The audience laughs, giving me a momentary sense of relief. Why did I have to wear a T-shirt? I've got the pit stains of a goddamn disc jockey up here. The stage lights aren't bright -- half the comics who've been up tonight looked like they were standing in the shadows -- but they feel like they're burning my soul. My knees are shaking. It's not smart to lock them in place, but if I don't, I'm going to hit the floor any second.
"It's fun," I continue. "It's like a race for them, a race to the finish. I always tell my dad, 'Dad, are you sure you want that steak rare? Wouldn't preserving your ancestor's legacy be a lot more satisfying?'"
More laughter. This is good; this is good. Start the next bit, now. Oh, God, what's the next bit? Okay, don't panic; just stare at the floor, wait for the laughter to subside. It's all part of the act, folks, nothing out of the ordinary. Shit, still nothing.
No, wait, I've got it!
"You ever notice how every actor reaches a point in their career where they feel they have to play a retarded person?" I do my best to look calm and collected; people in the audience smile and wait for the punch line. I've still got four more minutes of material to get through.
At this point, I can say with the utmost certainty that I am the best unsigned comic in America. But did I pay my dues to get where I am today? You bet your sweet ass I did.
I've fought for everything I've gotten in this game. I've put all I have, my blood, sweat and tears, into building this career from the ground up. For nearly three months, three months, I've fought against all odds. There were weeks when I performed not just on a Monday night, but on a Tuesday night, too. There were times when I spent nearly 45 minutes -- in one sitting! -- working on my material at a coffee shop. There were entire nights sacrificed to staying up late and drinking with other comics in hopes of advancing my career.
Do these sound like the habits of someone who doesn't take this funny business seriously? Still, I know there are many naysayers out there who continue to dispute my indisputable talents. For those Doubting Thomases, I'm providing the following account of my meteoric rise through the universe of stand-up comedy.
Out on the piss one Saturday night, I met a guy named Ben Roy at a bar. While we were chatting, Ben told me that he was a stand-up comic. I've written humor most of my short life and am generally regarded as funny. Consequently, I became panic-stricken when it suddenly appeared possible that I wasn't the funniest person in the room. Two lacrosse players in a similar prowess-threatening situation would shed their shirts, grab their sticks and methodically bludgeon each other to death. But we were humorous people, accustomed to using more cerebral tools as weapons, so we earnestly and openly discussed our craft. I told him that I'd thought about routines to do on stage, but had never had the balls to try it. "Lion's Lair," he told me. "Monday nights."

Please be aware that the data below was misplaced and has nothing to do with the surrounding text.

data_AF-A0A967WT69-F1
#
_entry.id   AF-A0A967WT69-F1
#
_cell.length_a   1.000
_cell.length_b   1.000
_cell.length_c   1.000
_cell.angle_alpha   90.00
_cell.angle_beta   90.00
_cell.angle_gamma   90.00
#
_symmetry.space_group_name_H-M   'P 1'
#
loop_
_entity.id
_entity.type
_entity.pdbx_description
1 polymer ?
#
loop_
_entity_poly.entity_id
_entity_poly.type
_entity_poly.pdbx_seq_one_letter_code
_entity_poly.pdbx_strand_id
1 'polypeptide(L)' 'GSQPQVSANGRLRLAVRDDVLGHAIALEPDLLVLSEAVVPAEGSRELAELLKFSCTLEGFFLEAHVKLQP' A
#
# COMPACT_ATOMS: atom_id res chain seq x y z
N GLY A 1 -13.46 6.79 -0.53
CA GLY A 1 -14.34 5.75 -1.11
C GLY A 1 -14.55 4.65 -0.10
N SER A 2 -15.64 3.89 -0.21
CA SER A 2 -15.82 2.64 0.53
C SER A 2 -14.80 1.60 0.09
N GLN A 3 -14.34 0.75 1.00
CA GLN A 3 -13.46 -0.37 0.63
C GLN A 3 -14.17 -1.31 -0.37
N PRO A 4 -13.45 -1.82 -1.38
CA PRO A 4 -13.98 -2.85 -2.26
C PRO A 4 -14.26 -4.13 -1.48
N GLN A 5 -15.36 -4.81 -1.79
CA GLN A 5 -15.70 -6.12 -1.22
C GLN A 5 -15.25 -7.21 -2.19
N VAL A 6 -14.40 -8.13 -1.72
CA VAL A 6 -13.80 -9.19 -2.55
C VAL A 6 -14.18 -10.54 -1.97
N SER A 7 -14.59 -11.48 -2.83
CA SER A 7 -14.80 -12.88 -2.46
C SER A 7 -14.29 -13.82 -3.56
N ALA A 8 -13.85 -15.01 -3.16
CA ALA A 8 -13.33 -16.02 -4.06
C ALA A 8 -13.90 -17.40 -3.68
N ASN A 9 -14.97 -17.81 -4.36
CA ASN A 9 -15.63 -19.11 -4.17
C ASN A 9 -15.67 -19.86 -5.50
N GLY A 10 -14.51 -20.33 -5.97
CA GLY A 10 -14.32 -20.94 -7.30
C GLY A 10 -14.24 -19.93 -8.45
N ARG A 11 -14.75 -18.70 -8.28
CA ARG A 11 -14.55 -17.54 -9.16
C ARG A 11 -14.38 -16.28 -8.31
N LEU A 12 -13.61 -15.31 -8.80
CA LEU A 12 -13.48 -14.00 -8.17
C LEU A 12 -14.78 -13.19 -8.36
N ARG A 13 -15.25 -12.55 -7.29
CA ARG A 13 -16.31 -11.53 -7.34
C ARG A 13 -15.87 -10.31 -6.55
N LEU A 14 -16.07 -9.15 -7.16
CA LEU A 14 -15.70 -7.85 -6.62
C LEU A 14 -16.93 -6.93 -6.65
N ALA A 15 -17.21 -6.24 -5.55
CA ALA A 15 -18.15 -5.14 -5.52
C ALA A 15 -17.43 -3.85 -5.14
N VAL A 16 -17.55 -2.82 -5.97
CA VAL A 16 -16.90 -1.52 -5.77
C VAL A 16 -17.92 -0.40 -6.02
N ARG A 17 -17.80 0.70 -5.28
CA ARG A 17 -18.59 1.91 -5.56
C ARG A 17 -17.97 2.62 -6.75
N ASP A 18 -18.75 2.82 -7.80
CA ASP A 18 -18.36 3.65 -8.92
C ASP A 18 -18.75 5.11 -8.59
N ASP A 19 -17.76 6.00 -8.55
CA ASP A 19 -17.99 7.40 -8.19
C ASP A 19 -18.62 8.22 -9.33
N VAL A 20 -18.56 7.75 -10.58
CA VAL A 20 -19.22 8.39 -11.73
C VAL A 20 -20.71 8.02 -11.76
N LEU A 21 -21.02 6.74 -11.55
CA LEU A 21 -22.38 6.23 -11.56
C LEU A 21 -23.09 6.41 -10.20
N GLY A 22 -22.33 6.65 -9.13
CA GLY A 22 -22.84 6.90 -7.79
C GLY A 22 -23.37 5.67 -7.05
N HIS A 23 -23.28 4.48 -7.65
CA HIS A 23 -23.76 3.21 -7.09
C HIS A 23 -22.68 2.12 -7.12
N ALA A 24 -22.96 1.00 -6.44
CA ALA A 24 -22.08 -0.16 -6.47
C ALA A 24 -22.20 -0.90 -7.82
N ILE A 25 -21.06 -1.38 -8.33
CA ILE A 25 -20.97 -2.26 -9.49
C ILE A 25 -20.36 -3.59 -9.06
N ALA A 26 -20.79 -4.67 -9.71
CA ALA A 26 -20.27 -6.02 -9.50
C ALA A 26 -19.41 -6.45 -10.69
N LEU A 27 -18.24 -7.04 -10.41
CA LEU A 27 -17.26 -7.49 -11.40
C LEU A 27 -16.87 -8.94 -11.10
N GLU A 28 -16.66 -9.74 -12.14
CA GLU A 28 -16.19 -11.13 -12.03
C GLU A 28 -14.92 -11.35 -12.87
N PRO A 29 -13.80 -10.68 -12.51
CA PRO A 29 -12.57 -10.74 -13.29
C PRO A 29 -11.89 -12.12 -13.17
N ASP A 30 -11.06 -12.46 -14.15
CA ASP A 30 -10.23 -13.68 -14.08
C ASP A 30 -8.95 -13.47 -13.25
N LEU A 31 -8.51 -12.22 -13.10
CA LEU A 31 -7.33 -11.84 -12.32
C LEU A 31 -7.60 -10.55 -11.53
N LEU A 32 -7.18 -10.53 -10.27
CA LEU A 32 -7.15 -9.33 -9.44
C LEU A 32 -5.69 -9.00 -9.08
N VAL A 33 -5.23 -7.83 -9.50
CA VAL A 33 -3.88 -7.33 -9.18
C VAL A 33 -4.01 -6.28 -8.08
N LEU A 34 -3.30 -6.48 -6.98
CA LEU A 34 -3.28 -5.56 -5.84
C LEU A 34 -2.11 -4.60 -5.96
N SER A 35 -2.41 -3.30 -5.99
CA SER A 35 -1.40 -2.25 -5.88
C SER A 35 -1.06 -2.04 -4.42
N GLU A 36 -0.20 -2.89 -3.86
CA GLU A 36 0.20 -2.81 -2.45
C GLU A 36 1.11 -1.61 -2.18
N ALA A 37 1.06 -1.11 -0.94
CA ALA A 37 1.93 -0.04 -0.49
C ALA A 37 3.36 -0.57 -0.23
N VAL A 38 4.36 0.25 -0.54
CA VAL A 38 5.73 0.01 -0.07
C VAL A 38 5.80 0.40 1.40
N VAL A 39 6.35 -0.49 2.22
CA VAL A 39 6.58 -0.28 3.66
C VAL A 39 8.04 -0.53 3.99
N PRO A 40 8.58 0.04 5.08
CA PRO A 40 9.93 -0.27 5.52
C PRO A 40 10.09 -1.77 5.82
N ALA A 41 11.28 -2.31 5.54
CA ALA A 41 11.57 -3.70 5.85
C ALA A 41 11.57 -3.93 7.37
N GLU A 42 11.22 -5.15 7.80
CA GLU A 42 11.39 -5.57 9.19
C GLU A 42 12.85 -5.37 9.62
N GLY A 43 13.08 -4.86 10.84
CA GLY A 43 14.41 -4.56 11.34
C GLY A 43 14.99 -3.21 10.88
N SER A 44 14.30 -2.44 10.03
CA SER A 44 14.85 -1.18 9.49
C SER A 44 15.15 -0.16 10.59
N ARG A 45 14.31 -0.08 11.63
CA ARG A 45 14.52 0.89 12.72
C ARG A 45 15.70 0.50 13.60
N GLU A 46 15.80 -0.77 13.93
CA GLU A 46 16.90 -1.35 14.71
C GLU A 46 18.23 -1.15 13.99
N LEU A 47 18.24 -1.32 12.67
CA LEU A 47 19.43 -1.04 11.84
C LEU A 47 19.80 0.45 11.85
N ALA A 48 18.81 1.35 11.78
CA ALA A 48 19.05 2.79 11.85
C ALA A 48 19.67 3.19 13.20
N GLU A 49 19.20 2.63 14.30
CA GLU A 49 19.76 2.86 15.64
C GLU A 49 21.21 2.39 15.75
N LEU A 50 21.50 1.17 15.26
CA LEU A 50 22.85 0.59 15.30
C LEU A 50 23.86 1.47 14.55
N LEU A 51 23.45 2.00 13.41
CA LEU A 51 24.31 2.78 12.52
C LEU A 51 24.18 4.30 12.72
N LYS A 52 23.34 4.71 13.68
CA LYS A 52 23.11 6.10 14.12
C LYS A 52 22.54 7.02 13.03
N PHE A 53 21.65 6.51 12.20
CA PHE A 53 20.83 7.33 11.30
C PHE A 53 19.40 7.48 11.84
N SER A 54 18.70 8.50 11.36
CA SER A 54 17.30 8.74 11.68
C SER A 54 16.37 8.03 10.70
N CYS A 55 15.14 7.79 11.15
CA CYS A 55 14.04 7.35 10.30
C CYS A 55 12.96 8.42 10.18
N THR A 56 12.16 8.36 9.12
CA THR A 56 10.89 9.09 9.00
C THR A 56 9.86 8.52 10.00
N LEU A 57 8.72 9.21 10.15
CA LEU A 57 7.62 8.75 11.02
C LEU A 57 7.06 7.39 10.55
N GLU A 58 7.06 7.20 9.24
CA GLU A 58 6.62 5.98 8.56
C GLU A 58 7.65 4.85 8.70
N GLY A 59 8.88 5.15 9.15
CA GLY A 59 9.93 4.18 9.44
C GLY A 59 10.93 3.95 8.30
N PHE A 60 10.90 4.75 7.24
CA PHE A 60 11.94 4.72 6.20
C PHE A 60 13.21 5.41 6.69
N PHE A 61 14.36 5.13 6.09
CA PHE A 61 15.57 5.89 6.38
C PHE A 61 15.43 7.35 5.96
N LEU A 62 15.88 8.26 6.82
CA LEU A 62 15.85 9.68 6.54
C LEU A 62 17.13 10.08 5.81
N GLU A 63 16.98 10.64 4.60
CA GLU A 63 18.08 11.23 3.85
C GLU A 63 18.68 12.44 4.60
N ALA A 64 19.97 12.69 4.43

The Next Monday, the Lion's Lair
I walk off East Colfax Avenue and into the Lion's Lair thinking I'm going to write a short story about open-mike night.
I'm fooling myself.
The open-mike segment is advertised as starting at ten, but it's well after eleven when the emcee grabs the mike. Then one comic after another takes the stage, each spouting off for several minutes. Some read from notebooks, immediately scratching out jokes that fail to get a laugh; some bring hilarious, polished routines. Between performances, they huddle together on one side of the bar, joking back and forth. Their manner is self-deprecating and playful, as if they can't believe they're all big enough assholes to show up at the Lair on another Monday night. But I know that deep down, every comic is proud of what he's doing and knows he's brave to be doing it.
The rest of the crowd is a mostly indifferent, grizzled assortment of alcoholics, hipsters and tragic nighthawks, all drowning their sorrows in the windowless bar. A few watch the comics, but most ignore them.